Notice that the variable house value also is marginally important in Factor 1 (loading = 0.38). This makes sense, since the value of a person’s house should be associated with his or her income.

About the Author: Maike Rahn is a health scientist with a strong background in data analysis.   Maike has a Ph.D. in Nutrition from Cornell University.


Principal Component Analysis
Summarize common variation in many variables... into just a few. Learn the 5 steps to conduct a Principal Component Analysis and the ways it differs from Factor Analysis.

Reader Interactions


  1. Muhammad Karim says

    Explained nicely. Now the meaning of factor loading is clear. But, there is still a confusion. What is eigen value. If eigen value is greater than 1, so what does it mean???

  2. tiffany field says

    Very nice presentation. I have two questions: 1)on the SPSS output which of the analyses do you prefer-component, pattern or structure? and 2)how do you interpret negative sign loadings? Thanks so much. Tiffany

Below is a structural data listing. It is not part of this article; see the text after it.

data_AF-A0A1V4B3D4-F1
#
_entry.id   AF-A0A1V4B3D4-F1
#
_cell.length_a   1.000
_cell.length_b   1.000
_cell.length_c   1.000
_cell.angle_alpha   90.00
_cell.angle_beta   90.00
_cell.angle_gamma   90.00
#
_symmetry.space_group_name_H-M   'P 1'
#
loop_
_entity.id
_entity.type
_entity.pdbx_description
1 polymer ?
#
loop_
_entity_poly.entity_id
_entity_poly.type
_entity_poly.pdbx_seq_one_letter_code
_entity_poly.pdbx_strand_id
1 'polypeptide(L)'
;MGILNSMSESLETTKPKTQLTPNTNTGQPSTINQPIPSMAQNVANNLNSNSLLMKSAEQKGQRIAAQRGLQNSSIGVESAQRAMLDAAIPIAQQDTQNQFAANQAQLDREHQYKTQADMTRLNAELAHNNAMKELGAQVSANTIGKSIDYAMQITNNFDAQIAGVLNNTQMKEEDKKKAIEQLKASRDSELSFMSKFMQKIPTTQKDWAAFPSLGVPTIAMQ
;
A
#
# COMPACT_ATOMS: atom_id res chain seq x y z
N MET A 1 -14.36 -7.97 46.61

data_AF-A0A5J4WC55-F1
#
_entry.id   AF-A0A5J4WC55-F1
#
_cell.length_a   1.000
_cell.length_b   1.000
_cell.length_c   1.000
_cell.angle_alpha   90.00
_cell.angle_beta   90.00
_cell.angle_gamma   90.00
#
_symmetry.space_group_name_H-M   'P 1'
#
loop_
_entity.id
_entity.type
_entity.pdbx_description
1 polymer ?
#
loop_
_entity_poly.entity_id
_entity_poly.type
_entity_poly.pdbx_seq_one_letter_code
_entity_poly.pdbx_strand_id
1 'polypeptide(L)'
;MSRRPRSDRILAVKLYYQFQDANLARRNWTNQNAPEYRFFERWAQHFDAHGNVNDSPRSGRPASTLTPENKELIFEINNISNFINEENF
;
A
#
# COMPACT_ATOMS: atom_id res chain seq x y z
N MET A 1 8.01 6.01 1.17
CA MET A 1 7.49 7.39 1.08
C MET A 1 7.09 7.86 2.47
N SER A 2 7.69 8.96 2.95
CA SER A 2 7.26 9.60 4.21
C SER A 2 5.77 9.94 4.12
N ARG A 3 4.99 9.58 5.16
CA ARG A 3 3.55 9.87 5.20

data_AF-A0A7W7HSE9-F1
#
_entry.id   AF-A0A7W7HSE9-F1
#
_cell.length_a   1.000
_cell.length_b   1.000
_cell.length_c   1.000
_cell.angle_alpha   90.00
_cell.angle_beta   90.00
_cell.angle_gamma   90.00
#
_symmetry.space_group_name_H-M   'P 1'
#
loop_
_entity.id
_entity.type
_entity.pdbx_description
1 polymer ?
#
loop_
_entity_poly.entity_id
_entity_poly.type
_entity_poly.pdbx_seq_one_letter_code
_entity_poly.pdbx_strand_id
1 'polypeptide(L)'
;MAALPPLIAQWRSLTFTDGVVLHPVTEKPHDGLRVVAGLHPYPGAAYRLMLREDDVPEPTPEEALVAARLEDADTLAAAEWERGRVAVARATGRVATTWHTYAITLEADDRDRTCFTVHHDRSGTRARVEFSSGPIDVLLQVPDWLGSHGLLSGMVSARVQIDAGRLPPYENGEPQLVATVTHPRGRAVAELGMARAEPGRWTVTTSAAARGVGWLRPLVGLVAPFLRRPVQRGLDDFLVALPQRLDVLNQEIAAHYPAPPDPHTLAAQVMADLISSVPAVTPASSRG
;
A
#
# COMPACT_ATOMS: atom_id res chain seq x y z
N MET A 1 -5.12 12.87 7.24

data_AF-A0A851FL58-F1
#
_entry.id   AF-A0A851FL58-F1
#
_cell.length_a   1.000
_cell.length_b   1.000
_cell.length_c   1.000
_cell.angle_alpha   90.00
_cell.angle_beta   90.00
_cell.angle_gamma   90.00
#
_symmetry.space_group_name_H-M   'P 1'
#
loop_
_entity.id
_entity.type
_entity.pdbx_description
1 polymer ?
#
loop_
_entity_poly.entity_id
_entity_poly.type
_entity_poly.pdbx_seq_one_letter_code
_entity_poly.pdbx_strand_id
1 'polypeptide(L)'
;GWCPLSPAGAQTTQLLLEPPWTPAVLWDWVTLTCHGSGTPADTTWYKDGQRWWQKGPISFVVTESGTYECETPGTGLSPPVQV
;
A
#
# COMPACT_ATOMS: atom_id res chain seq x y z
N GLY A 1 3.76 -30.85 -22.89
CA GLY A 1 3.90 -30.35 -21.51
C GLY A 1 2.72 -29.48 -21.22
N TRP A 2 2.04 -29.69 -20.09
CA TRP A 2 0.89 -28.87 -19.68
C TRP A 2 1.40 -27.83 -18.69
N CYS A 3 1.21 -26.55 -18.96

3. Barbara says

    I am still confused about the factor analysis. If have 6 factors in my analysis table, is it necessary to reduce it to say only 2 factors only?

  4. Idris shamsuddeen Yaradua says

    Thank you sir for this explanation.my question here can I add principal component analysis and factor analysis to make an analysis?

  5. Jyotirmoy Pandit says

    Dear, In my study,l have selected some municipalities with their different indicators viz. Demographic, education, amenities, health. Here,my quarries is -by which analysis I am going to confirm that the situation of this or that municipality are good or bad. Pls reply.